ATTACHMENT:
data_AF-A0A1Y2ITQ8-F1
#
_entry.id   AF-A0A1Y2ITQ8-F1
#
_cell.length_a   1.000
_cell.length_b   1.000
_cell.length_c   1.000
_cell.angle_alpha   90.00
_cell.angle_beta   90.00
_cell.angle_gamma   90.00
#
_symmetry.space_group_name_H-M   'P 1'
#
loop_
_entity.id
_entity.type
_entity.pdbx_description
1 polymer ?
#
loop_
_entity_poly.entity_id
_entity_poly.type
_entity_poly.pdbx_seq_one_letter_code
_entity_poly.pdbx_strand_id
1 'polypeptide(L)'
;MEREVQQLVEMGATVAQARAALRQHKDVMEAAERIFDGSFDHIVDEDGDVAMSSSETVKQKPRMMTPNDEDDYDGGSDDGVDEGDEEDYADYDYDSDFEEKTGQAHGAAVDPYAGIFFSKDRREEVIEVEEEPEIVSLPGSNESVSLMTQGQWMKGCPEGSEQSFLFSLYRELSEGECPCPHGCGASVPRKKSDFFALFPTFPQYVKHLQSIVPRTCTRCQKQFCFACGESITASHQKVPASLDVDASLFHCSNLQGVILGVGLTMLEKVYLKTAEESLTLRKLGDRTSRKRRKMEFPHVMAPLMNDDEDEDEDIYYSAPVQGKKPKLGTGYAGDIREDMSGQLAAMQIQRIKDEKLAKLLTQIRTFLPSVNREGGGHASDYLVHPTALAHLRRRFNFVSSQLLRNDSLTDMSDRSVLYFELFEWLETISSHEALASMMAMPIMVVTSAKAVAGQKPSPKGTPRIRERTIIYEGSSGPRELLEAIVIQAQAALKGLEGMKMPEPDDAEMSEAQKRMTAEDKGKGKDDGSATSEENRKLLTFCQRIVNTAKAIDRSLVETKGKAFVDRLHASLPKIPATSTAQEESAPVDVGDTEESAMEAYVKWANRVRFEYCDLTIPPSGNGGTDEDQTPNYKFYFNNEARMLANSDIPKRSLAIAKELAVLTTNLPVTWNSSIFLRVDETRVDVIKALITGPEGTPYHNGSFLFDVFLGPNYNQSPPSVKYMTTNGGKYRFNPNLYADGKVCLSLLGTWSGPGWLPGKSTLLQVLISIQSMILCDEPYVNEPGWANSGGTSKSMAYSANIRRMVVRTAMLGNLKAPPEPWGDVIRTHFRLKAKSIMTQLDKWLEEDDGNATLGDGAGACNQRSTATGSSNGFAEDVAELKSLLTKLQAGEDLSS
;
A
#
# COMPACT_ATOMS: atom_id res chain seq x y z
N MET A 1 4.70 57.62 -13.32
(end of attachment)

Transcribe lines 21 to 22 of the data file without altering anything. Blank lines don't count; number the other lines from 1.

_entity_poly.entity_id
_entity_poly.type